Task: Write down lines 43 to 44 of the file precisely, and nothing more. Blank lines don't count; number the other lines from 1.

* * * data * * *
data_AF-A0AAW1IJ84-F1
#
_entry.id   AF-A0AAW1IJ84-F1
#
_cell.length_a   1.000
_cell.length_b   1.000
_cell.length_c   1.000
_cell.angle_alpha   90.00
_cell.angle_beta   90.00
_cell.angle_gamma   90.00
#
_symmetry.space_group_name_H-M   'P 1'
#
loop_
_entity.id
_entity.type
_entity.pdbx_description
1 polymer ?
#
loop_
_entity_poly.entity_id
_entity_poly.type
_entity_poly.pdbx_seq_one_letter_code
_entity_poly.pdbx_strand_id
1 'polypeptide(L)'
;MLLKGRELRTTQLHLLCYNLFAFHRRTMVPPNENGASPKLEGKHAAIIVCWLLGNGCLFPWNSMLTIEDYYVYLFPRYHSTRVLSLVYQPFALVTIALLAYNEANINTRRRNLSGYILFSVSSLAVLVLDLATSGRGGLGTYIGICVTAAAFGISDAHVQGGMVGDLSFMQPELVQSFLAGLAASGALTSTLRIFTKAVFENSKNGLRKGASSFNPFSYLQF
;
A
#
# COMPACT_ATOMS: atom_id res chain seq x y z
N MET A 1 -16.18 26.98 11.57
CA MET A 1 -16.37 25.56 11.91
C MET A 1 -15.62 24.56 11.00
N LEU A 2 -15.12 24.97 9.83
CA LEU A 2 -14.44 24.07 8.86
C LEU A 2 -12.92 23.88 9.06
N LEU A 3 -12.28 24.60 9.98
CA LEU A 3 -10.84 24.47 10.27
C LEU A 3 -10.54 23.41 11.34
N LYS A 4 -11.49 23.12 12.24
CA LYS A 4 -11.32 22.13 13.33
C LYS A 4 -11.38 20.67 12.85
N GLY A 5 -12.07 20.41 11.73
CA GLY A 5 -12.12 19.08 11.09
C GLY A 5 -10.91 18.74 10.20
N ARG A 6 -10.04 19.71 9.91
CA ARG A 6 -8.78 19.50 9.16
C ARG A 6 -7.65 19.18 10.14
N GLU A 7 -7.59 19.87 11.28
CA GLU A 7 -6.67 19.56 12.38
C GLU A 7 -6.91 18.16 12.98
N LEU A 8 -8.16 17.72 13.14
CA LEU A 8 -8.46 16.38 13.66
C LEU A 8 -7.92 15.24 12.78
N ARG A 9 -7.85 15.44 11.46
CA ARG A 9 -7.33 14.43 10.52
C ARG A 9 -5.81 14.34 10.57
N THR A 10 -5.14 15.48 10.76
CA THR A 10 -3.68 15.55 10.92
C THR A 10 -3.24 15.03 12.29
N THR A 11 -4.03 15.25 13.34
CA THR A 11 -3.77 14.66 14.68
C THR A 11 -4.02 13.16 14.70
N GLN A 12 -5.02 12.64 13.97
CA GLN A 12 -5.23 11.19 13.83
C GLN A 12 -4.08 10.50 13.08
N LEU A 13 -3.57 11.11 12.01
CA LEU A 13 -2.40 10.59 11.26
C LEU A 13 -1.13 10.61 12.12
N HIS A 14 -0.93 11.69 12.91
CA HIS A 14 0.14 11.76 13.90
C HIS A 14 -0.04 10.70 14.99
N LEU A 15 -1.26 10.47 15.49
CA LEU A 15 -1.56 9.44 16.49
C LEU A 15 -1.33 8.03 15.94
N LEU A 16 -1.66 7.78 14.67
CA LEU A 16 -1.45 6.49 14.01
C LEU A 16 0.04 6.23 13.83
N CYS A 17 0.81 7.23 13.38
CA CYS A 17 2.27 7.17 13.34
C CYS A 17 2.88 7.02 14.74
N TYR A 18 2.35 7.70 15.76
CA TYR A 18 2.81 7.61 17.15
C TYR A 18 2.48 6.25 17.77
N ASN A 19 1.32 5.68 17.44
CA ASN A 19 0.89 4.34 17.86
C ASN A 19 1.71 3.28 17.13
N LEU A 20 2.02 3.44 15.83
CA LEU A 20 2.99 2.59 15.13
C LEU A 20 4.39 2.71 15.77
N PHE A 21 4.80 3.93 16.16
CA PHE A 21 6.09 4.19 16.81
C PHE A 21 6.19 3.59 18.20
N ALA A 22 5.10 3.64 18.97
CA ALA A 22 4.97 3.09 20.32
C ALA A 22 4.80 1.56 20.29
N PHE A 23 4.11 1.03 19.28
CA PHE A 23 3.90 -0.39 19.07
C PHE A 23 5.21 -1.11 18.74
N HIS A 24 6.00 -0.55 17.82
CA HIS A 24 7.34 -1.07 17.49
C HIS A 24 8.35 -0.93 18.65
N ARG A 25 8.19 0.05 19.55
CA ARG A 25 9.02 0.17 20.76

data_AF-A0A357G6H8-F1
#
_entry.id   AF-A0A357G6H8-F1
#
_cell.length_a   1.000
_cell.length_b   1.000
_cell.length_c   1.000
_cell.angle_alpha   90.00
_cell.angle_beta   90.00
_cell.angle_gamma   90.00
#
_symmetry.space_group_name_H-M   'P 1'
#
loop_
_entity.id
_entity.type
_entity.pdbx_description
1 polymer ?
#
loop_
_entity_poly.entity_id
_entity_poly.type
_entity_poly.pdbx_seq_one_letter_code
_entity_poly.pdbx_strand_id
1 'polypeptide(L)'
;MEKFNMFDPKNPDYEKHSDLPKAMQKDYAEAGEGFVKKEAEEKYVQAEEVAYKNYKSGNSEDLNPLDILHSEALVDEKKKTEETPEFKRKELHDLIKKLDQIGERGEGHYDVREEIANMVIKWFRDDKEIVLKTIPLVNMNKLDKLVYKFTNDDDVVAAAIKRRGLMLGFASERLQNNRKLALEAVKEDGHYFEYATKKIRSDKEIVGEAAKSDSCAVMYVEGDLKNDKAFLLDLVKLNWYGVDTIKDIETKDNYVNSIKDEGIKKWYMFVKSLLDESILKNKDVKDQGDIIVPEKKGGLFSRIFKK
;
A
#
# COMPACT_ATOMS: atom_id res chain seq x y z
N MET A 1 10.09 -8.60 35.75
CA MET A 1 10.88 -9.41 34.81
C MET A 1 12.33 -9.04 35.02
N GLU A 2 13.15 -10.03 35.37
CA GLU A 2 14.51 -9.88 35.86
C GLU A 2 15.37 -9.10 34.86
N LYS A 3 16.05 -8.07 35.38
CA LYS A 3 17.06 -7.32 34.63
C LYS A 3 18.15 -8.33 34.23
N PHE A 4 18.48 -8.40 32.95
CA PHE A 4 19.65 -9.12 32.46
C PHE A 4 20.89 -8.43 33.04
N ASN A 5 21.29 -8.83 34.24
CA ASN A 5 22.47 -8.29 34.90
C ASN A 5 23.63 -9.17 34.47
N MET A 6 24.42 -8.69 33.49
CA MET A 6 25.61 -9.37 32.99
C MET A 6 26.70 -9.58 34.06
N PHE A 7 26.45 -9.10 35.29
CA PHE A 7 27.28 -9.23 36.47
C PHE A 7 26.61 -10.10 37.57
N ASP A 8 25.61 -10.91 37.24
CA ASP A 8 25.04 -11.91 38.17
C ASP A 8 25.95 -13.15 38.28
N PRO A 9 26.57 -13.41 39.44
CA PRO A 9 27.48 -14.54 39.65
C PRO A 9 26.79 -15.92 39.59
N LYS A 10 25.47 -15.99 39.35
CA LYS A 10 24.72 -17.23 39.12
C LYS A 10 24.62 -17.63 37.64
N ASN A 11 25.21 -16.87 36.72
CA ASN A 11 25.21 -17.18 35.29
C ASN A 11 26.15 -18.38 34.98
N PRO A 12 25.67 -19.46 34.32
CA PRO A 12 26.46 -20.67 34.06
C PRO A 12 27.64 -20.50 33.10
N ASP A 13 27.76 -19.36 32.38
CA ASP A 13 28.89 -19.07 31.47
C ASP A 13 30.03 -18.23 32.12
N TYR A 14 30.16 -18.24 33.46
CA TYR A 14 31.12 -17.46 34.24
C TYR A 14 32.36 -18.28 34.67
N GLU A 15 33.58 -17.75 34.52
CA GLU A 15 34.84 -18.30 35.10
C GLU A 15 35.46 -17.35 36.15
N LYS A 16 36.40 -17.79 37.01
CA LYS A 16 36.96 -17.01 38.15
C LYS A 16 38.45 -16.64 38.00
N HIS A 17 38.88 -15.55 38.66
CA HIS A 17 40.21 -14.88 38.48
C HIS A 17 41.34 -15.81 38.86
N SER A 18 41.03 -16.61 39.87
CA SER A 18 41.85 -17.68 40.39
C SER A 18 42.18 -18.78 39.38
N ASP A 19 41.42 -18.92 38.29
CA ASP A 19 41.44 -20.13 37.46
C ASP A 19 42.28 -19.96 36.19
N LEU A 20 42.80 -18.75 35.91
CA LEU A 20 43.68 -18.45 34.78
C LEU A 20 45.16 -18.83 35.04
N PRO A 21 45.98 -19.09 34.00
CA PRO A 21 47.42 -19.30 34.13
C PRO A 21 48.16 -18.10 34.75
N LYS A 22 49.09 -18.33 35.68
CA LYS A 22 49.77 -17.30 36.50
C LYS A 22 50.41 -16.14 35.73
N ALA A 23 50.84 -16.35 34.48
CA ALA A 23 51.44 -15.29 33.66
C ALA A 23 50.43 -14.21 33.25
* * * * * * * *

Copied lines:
N GLY A 5 -12.07 20.41 11.73
CA GLY A 5 -12.12 19.08 11.09